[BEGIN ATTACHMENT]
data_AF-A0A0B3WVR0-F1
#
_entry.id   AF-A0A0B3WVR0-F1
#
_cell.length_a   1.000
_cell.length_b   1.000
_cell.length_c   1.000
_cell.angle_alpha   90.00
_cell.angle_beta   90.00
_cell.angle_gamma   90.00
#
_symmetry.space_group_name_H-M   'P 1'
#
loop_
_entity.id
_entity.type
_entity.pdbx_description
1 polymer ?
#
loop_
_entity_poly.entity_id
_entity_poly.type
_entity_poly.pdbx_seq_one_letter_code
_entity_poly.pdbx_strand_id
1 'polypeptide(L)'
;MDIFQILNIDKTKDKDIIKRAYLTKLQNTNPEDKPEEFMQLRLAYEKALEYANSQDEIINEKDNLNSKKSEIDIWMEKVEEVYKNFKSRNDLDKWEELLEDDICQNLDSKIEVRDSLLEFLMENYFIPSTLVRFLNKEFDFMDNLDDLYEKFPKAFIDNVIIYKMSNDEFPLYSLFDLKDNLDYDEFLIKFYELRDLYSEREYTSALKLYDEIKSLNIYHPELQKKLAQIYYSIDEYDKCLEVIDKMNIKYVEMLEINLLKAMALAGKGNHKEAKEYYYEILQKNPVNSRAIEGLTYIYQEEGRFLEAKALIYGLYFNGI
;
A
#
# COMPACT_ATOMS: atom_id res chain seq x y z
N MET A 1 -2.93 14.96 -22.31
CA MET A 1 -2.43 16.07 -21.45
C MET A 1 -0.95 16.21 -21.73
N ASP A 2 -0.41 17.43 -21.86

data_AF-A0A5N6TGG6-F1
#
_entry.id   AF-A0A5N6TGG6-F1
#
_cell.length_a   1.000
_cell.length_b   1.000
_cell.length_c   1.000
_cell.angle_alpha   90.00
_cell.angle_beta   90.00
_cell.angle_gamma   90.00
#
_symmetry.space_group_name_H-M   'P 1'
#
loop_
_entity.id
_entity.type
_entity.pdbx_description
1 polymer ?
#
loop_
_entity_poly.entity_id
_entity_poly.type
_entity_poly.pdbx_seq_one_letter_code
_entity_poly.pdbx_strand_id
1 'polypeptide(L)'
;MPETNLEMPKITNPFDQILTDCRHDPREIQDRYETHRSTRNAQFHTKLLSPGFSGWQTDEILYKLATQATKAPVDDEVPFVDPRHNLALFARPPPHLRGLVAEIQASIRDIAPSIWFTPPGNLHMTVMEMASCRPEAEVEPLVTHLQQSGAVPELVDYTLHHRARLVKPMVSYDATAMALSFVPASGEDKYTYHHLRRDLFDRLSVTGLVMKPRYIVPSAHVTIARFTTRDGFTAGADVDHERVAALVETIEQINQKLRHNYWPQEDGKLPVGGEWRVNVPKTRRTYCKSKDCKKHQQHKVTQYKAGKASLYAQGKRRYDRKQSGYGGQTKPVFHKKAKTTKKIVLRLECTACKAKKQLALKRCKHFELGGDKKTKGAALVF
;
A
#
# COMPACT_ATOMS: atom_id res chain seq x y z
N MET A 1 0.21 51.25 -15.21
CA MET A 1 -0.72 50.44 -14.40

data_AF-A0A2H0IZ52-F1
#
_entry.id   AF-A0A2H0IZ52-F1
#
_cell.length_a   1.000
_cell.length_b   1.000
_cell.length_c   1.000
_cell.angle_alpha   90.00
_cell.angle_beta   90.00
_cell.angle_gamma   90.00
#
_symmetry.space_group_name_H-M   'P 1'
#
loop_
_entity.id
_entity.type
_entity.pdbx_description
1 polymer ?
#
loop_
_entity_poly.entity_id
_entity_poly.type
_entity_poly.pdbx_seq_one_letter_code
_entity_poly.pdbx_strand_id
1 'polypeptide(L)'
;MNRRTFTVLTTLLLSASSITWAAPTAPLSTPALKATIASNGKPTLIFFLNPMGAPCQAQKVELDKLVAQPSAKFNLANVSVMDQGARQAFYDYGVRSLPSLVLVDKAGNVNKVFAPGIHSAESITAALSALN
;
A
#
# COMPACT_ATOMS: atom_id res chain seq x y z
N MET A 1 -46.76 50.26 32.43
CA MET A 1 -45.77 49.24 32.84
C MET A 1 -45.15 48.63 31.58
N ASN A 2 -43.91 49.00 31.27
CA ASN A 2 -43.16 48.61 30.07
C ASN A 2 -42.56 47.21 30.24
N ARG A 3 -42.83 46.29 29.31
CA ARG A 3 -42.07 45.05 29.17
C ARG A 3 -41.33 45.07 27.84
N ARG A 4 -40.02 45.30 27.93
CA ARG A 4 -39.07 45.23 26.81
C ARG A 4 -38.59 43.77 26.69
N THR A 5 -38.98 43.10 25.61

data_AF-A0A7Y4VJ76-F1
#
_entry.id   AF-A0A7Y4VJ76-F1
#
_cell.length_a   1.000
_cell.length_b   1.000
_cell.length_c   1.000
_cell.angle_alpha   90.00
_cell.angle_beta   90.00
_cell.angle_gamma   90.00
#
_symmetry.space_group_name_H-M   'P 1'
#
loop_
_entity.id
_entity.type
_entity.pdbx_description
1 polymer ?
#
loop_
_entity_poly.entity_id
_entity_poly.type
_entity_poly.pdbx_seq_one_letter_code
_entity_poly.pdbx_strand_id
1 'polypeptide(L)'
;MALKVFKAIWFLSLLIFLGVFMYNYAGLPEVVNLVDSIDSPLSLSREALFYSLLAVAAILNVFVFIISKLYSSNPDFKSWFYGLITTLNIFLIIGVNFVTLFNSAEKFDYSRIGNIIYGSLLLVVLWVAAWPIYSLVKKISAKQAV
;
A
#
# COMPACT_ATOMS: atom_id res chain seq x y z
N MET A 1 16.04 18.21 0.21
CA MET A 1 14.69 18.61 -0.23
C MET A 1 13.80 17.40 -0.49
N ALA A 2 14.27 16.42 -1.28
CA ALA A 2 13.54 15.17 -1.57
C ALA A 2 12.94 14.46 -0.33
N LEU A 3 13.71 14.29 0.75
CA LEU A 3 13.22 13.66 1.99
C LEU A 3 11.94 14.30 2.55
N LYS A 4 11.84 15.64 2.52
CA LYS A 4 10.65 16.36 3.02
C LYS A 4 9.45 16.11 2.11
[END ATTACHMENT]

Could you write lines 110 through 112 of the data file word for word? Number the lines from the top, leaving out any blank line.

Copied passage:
data_AF-A0A7Y4VJ76-F1
#
_entry.id   AF-A0A7Y4VJ76-F1